Due to the concentric arrangement of the circulating chamber of the coagulator and the chamber or chambers of the settling apparatus, long; peripheral separating walls are formed between the adjacent chambers. If there is a plurality of concentric chambers, the peripheral lengths of the successive chambers and the rate of flow from one chamber to the other decrease radially toward the outside. This is especially of advantage for the successive separation of the foam from the water and for further filtering the water after it has been cleaned at least substantially and before it is Finally discharged from the entire unit. Due to the great peripheral length of the different annular chambers, it is also possible to avoid interferences in the overflow of the liquid along the overflow edges between those adjacent chambers where such an overflow should occur. The filtering surfaces which should be provided near the outer periphery of the entire unit may for the same reason also be made of a very large size.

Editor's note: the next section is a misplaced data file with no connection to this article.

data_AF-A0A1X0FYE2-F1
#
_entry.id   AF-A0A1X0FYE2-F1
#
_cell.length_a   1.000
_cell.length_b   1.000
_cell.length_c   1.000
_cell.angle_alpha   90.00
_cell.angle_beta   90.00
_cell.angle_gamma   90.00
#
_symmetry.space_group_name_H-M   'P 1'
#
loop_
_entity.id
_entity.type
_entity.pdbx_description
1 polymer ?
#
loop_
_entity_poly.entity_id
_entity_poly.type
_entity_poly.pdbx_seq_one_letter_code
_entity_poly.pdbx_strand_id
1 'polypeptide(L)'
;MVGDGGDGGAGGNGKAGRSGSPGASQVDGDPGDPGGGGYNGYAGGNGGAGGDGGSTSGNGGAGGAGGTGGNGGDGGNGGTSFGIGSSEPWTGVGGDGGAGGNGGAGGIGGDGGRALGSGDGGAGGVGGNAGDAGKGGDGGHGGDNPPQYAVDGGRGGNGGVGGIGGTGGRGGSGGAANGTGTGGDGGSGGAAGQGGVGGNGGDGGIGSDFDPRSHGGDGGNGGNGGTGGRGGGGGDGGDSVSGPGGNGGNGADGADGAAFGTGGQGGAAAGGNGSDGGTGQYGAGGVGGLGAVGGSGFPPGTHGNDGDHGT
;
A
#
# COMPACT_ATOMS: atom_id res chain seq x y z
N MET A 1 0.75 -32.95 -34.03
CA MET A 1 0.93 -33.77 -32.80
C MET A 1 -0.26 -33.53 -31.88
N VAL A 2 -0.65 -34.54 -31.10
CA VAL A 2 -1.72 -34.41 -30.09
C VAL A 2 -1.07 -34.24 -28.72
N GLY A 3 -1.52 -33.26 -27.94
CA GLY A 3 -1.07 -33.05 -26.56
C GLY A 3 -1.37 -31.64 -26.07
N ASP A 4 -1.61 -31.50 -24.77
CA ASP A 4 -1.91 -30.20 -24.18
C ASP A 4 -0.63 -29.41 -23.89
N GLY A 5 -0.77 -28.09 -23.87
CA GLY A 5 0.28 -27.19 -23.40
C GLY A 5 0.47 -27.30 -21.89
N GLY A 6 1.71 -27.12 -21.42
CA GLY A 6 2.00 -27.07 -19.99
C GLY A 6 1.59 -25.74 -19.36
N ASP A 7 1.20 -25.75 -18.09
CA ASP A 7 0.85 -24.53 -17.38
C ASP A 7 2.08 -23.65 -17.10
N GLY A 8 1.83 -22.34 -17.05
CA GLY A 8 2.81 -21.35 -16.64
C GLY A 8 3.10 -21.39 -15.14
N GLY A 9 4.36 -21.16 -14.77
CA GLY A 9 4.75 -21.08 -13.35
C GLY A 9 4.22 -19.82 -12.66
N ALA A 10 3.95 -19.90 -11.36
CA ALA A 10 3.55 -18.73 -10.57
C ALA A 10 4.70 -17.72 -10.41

The concentric arrangement of the different containers or chambers of the entire unit also permits the same to be very easily assembled as well as partly or entirely dismantled. This, in turn, permits the operation of the entire unit to be easily supervised and its elements to be cleaned. Especially the injection nozzle, the nozzle for the coagulant and the air nozzle are easily accessible and may be quickly checked and cleaned, especially if the coagulator which comprises a circulating chamber is mounted on the other parts of the unit by quickly releasable locking means. The foamy sludge which forms on the surface of the liquid in an annular settling chamber may also be easily stripped or wiped off, for example, by a stripping element in the nature ofa wiper which revolves about the vertical axis of the entire circular unit along the surface of the liquid in this chamber.